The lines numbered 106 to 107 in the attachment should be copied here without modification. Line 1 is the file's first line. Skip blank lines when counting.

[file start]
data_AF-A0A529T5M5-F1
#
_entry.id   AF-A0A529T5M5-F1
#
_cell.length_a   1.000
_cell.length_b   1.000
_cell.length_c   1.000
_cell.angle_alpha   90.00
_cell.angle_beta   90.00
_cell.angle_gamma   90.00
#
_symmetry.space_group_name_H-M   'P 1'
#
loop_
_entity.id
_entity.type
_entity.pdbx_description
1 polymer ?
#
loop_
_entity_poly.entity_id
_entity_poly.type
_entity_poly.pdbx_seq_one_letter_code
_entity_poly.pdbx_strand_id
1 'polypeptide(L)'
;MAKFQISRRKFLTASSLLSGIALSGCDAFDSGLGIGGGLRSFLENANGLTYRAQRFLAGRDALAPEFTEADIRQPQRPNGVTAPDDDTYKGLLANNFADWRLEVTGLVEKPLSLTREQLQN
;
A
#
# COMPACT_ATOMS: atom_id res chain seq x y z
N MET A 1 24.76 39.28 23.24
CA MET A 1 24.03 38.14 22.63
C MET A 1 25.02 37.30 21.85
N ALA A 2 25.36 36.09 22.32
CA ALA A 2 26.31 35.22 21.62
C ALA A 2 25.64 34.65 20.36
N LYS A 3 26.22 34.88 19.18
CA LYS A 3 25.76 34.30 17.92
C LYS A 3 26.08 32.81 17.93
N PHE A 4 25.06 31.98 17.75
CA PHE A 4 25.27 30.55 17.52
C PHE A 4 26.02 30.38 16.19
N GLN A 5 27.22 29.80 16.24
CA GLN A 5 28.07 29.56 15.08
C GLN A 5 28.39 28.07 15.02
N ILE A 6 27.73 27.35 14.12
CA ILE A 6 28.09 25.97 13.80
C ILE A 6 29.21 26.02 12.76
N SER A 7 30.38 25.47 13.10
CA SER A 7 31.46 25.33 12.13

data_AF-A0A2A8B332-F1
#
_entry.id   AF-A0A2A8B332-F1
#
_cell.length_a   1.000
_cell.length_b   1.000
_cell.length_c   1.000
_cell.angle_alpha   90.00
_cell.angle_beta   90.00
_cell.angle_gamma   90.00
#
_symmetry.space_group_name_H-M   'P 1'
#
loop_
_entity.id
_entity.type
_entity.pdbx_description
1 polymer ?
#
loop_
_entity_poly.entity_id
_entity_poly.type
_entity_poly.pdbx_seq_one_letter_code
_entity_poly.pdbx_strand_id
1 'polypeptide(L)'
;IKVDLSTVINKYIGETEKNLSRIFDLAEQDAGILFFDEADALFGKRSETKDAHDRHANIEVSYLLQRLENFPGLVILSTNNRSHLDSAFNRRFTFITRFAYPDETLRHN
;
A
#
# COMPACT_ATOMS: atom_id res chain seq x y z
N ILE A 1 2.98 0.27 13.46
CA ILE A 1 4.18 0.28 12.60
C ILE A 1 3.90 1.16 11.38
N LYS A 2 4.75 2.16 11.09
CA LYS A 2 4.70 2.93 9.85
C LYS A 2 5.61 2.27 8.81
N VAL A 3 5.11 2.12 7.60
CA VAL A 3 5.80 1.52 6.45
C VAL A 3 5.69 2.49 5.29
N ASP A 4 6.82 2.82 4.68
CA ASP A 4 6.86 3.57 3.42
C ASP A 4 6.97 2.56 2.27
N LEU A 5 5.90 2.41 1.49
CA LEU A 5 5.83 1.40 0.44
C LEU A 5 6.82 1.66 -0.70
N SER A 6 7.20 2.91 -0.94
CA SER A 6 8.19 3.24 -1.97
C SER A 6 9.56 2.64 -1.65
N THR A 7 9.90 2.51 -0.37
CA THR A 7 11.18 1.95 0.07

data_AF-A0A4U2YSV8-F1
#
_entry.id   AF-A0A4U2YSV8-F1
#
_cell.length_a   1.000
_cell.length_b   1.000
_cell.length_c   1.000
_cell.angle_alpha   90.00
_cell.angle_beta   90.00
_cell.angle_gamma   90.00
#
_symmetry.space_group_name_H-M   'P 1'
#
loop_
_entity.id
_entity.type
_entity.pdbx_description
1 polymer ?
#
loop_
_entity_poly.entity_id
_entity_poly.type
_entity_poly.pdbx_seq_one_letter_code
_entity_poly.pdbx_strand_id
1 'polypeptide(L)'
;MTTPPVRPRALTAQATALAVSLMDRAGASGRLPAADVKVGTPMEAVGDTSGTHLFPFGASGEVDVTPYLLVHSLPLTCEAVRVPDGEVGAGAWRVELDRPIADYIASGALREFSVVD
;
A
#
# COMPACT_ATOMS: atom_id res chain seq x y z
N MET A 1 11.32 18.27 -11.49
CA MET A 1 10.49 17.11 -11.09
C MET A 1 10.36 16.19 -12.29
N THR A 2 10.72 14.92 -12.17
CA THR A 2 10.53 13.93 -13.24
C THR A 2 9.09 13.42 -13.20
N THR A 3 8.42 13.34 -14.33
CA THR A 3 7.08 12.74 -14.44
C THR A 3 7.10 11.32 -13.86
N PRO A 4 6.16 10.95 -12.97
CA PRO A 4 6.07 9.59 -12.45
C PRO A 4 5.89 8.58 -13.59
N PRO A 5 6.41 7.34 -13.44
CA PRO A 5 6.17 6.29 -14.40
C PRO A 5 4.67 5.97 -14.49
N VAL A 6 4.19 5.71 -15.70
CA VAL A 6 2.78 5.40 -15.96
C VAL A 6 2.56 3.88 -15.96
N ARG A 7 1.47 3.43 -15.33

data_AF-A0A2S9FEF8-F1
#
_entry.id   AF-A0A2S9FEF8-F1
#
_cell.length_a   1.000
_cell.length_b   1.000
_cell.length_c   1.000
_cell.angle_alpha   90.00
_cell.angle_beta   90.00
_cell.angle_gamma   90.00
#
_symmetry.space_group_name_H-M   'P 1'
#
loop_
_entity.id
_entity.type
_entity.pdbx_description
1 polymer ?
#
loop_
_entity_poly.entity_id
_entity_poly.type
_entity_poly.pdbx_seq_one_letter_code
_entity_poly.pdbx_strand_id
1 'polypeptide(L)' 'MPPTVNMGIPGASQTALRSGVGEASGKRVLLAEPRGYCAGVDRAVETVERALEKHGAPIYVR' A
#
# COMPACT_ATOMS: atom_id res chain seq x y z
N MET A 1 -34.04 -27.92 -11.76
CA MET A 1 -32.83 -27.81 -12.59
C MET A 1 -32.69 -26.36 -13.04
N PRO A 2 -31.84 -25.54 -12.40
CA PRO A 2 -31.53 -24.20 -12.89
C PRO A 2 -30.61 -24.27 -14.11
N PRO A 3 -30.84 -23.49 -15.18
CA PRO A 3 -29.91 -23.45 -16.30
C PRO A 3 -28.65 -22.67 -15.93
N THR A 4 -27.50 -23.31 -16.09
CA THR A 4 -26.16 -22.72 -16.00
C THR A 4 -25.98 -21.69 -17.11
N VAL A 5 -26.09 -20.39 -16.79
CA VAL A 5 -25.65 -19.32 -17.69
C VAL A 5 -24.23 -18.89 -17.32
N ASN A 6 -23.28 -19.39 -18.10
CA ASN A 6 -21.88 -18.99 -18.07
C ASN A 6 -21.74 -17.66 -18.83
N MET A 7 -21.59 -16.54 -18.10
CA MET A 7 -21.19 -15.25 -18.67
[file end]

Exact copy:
_cell.length_b   1.000
_cell.length_c   1.000